[WEB SECURITY] How are you tackling CSRF?
tasos.laskos at gmail.com
Sat Apr 23 04:51:48 EDT 2011
Huh... I probably missed it in the article.
There are 2 difficulties I've spotted with it:
o How do you compare forms? i.e. What are the criteria for 2 forms
o Identifying CSRF tokens -- not all of them are going to be of the
The first one is not hard to solve, create an ID string made from
concatenated input names and the action URL.
The second one is harder, right now Arachni checks for CSRF tokens same
way that Skipfish does; it looks for strings that look likebase10/16/32/64.
Although these are the most common formats they're not the only ones.
The only false positives I've seen are caused by this -- they are quite
rare but they exist.
So all-in-all yes it works for me, if great minds do think alike then
short of doing what you guys do I doubt that we're going to
figure out a better *fully* automated way.
Maybe a DB with CSRF token signatures could help but we'll see...
I've accepted, in my old age,the fact that we've kind of hit a barrier
with our usual techniques so I'm kind of moving into
baselines/meta-analysis as a filtering mechanism.
Something akin to a subsystem saying:
Yes, huh...so these are the scan results...Wait, what?
There are 60 forms total and all of the are vulnerable? I seriously
Well, report them but put them in a special "These may be false
We've previously discussed my thoughts on the last subject but I've also
documented them here:
I doubt that you business guys would like this approach since you have
qualified people between
the webapp and the scanner who's job is to interpret the results, so you
don't need it.
But in a system like Arachni I believe that even probable false
positives are worth reporting because they too have something to offer.
Since false positives appear mostly due to webapp or server quirks it's
worth looking into them during a pen test.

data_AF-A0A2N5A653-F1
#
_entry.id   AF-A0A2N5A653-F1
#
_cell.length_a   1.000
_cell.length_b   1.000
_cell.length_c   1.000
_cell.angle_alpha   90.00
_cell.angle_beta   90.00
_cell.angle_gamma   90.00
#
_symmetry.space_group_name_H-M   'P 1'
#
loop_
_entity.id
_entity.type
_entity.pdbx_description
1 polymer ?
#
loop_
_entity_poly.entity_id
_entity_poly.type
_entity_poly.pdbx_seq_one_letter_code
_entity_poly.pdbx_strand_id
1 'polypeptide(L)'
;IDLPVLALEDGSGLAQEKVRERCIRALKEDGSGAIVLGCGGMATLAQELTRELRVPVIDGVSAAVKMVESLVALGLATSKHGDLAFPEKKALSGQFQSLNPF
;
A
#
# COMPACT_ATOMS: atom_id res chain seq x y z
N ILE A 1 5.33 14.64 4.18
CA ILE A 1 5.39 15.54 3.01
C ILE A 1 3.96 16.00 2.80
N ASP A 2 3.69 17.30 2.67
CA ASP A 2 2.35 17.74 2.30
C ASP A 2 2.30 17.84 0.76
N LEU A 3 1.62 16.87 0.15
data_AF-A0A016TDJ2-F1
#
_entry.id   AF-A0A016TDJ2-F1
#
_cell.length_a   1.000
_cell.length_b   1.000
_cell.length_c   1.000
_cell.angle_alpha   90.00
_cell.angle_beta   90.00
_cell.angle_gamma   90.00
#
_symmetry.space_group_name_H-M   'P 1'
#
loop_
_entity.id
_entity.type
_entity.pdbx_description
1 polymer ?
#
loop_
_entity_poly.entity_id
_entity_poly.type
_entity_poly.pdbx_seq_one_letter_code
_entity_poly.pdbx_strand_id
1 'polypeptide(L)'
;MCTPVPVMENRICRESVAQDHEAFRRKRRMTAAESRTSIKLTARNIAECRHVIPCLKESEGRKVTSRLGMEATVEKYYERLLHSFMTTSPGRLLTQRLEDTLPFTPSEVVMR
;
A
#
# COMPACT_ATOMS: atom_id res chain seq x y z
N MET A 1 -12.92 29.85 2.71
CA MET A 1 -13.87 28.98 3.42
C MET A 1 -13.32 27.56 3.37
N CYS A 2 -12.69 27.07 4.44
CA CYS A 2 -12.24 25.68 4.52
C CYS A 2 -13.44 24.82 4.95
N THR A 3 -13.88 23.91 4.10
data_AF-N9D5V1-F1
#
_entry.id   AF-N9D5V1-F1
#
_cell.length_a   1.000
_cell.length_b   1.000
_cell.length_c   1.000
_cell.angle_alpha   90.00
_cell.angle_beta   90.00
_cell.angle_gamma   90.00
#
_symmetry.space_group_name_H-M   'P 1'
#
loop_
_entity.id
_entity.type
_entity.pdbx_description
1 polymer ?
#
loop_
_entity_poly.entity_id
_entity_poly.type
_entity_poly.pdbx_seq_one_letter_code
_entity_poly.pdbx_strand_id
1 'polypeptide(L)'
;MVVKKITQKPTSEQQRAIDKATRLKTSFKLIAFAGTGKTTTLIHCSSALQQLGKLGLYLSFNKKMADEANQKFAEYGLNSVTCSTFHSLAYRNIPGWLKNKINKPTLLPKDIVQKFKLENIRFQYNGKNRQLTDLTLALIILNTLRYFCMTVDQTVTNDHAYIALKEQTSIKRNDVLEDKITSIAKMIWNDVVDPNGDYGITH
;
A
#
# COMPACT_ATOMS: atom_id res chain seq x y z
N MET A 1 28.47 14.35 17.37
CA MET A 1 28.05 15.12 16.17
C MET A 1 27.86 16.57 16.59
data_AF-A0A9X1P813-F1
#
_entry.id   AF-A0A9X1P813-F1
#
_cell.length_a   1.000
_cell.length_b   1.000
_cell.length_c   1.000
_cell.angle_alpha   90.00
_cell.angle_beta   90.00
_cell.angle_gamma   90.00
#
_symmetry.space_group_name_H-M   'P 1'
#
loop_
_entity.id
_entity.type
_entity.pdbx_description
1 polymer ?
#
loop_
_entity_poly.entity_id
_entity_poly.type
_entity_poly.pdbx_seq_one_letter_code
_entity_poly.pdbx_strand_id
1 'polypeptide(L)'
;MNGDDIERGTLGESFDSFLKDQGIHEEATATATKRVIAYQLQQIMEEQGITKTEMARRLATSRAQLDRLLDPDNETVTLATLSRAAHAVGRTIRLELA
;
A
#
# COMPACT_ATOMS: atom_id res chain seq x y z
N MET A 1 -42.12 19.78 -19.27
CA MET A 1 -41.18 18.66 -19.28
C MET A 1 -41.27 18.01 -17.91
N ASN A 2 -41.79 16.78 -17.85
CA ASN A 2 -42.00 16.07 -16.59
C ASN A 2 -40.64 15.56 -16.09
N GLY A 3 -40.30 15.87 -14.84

This way laypeople are happy that the pretty report at the end of the
scan isn't full of noise and
hacker-folk are happy that they are given the chance to dig deeper and
see why the webapp behaved in a way that produced false positives.
However, you guys have more customers than the size of my user-base (x10
probably)so I imagine that you've seen
a *lot* of edge cases which justify your design decisions.
What I mean is that it all comes down to pushing our ego aside and
implement whatever gets the job done.
PS. If I'm being perfectly honest only one person has reported a CSRF
false positive (https://github.com/Zapotek/arachni/issues/14) and
even though it technically was an FP it was a good thing overall that it
On 04/23/2011 04:19 AM, Arian J. Evans wrote:
> Tasos - thank you for explaining how you test for this!
> We actually cover this testing paradigm in the article. We find it to be
> littered with so many false positives that business owners wind up
> ignoring the overall results, as we discuss in the article. There are
> other drawbacks as well from what we have observed.
> What have you found in terms of response to your results so far?
> Arian Evans
> Sybarite Software Security Scanning Savant
> On Fri, Apr 22, 2011 at 1:01 PM, Tasos Laskos<tasos.laskos at gmail.com> wrote:
>> When it comes to automated identification I look for forms that only
>> appear *with* the set cookies and ignore the rest.
>> It's a fair bet to assume that those forms will be tightly coupled with the
>> current user/session and thus affect business logic in one way or another.
>> Then I look if they contain any CSRF tokens, if they don't then they are
>> logged and reported.
>> This provides a more detailed breakdown:
>> Tasos L.
>>  When I say "I" I mean Arachni.
>>  Unrecognized token formats is a weakness of this approach -- you can't
>> anticipate everything.
>> On 04/22/2011 07:30 PM, Jeremiah Grossman wrote:
>>> Hi All,
>>> Over the last year I've been noticing increased interest and
>>> awareness of Cross-Site Request Forgery (CSRF). A welcome change as for most
>>> of the last decade few considered CSRF a vulnerability at all, but an
>>> artifact of the way the web was designed. But, the as it normally happens,
>>> the bad guys have been showing us how damaging CSRF can really be.
>>> To help bring more clarity we've recently published a detailed blog post
>>> describing how our testing methodology approaches CSRF. What we're
>>> interested is how other pen-testers and developers are tackling the issue
>>> because automated detection is currently of limited help.
>>> WhiteHat Security’s Approach to Detecting Cross-Site Request Forgery
>>> FYI: Several weeks ago we launched our new blog, where I'll be diverting
>>> all my web security material. We've been piling up new content:
>>> Jeremiah Grossman
>>> Chief Technology Officer
>>> WhiteHat Security, Inc.
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